First they appeared on Germany's main early morning TV show, then in a studio of the N24 news channel, and after that they were driven in a gray-blue Renault to the German government's press center in central Berlin. Now they are sitting here, in room 5/6, telling their story.
It's a story they have told countless times in recent weeks. It has appeared in the print and broadcast media hundreds of times and, as a result, the story has gradually ballooned in impact and importance. A few days ago Gerry and Kate McCann saw the pope in Rome, perhaps the most powerful ally of all for a Catholic couple from Rothley, a small town near the English city of Leicester.
Today, in Berlin, they have brought along a German-language missing poster and a small pair of pajamas. In room 5/6, normally a venue where cabinet ministers and secretaries of state explain the German government's policies to the media, Gerry McCann holds up the pajama pants to the cameras, like a piece of evidence.
Kate McCann holds up the short-sleeved pajama top. The pajamas are identical to the ones the McCann's daughter Madeleine was wearing on the night of her disappearance. The couple stands there for a moment, looking lost behind the enormous podium, facing a wall of photographers, reporters and cameras. A white-haired interpreter is sitting next to the McCanns, as is Clarence Mitchell, their press agent.
World's most famous parents
Mitchell tells the assembled reporters that anyone asking questions should bear in mind that Kate and Gerry are two completely ordinary people. But that's debatable. In fact, at this moment Kate and Gerry are probably the world's most famous parents. The McCanns.
They have done their utmost to ensure that the story of their daughter Madeleine doesn't die. They jet around the world in a private plane a British businessman has made available. They have the support of the pope, David Beckham, Joanne K. Rowling, Prince Charles and all of Britain. In fact, they have the whole world behind them. They are running the largest privately-organised hunt in history.
On the evening of May 3, the McCanns put their children -- two-year-old twins Sean and Amelie and their eldest daughter Madeleine, who was three at the time -- to bed in a two-room apartment on the mezzanine level of the "Ocean Club." The family was vacationing in Praia da Luz, a resort on Portugal's Algarve coast.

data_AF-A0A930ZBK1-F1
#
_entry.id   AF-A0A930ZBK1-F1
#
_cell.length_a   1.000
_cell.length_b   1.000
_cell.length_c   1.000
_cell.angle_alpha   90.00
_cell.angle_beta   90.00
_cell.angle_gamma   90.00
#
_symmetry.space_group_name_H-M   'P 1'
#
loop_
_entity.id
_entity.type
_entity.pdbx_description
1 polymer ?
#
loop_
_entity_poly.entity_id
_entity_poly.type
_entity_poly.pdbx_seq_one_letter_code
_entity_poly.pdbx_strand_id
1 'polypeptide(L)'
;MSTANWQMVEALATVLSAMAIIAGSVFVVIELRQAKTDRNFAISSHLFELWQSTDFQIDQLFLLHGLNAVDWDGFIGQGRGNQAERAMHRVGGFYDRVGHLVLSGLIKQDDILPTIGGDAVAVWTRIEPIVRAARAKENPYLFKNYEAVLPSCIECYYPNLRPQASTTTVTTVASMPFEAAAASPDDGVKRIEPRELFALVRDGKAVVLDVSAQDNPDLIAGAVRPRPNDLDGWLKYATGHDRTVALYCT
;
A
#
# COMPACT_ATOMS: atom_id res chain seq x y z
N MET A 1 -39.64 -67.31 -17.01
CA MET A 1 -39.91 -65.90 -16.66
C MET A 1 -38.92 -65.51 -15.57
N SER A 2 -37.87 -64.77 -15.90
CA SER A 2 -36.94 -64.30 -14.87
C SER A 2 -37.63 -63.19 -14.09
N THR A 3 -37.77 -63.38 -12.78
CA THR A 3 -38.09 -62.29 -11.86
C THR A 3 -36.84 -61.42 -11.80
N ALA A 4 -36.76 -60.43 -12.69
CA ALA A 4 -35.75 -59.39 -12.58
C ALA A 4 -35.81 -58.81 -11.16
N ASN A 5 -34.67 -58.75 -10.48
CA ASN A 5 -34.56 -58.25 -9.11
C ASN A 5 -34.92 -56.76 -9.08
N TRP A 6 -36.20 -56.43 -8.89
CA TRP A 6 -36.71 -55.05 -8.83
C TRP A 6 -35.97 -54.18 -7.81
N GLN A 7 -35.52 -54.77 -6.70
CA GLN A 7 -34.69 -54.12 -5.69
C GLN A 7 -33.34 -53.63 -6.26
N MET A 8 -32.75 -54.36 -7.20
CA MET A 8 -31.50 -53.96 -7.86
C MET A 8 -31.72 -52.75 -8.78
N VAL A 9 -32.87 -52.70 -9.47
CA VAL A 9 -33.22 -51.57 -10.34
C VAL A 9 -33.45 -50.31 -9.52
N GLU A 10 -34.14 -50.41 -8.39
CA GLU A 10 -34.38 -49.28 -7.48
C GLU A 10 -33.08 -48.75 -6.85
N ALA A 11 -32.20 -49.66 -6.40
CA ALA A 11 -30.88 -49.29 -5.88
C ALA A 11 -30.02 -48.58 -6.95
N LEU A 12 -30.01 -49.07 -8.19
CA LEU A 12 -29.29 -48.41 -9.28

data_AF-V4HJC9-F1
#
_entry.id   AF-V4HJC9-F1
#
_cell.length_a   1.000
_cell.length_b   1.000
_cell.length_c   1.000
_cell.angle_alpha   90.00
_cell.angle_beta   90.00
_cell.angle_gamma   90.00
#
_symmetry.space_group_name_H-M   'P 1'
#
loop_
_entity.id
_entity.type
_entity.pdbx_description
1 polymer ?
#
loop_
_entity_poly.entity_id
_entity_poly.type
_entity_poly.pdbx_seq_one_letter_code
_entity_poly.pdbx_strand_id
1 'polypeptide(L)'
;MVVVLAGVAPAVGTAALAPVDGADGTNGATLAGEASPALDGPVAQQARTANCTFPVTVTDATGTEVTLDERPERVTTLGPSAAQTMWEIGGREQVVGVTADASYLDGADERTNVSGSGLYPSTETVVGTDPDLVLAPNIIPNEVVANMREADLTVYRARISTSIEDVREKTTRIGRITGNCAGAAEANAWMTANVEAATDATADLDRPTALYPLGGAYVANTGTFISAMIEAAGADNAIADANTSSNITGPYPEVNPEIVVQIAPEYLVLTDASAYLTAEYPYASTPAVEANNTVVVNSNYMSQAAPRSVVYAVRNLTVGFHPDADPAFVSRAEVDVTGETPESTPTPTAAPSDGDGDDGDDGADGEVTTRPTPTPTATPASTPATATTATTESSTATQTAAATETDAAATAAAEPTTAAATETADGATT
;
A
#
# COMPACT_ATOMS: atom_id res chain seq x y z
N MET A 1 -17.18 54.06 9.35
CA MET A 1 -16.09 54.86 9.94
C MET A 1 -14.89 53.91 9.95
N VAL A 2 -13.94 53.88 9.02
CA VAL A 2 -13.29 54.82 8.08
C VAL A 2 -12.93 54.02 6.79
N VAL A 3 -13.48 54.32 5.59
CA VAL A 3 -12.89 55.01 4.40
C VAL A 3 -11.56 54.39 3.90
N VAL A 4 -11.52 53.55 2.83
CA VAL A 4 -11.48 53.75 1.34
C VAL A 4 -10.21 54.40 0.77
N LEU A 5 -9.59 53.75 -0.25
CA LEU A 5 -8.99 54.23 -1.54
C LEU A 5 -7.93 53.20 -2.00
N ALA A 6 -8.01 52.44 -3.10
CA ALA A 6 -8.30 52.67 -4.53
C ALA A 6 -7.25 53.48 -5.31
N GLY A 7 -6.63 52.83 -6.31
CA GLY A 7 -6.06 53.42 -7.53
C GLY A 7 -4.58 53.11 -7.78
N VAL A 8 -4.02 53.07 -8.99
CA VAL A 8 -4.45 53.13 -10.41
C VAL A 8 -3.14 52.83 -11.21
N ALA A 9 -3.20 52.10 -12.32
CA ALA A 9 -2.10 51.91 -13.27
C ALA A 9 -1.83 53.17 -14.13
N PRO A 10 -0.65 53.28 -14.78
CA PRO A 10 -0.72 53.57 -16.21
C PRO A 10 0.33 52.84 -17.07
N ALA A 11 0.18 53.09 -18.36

Gerry and Kate McCann waited until their children were asleep, and at about 8 p.m. they left the apartment to join friends at the resort's restaurant only about 150 feet away. Indeed, they were so close that they were able to watch the door of their apartment from the table. As the McCanns would later testify, they checked on the children every half hour.
At about 10 p.m., and in this respect their accounts are contradictory, Kate opened the door to the apartment to check on the children. Madeleine's sandals stood in front of her bed, and Cuddly Cat, the girl's stuffed animal, was on the bed next to the pillow. The twins were asleep. But the window was open and Madeleine was not in her bed. A few minutes later Gerry saw his wife running out of the apartment, screaming.
Appeal to German tourists
The incident happened more than five weeks ago, and the couple has been searching ever since. Speaking directly to the cameras, Gerry McCann, a 39-year-old physician, appeals to all German tourists who were in Praia da Luz during the two weeks before May 3 to look through their vacation photos. Maybe they show some unknown person in the background. McCann holds up a sign with an Internet address to which photos can be uploaded. Police experts, he says, will examine the photos for possible clues.
They are looking for a Mister X, and they believe he could have been captured by a tourist's camera.
There is already a suspect. Gerry McCann rattles off the description. A man was seen at the resort, he says, who looked about 35 to 40, was approximately 1.75 meters (5' 9") tall, had short black hair, and was wearing a jacket, beige trousers and dark shoes. An everyman.
Why are you searching in Germany? a reporter asks.
"According to the experts, the Algarve is especially popular among the Germans and the Dutch, next to the British," says McCann, speaking in a hard Scottish accent.
There has been criticism of your media campaign, someone says.
"Every step has been coordinated with the experts," says McCann. "You know, it's a good feeling to be able to do something. Just sitting around and waiting -- no one can endure that."
How much longer will you continue your search?
"I don't know. Weeks? Months? We don't want a long campaign. We pray that it will be over every day."
Do you think about the possibility that Madeleine could be dead? someone asks.
"We think it's more likely that she is alive," says McCann.
Do you blame yourself?
"Yes, we are the parents."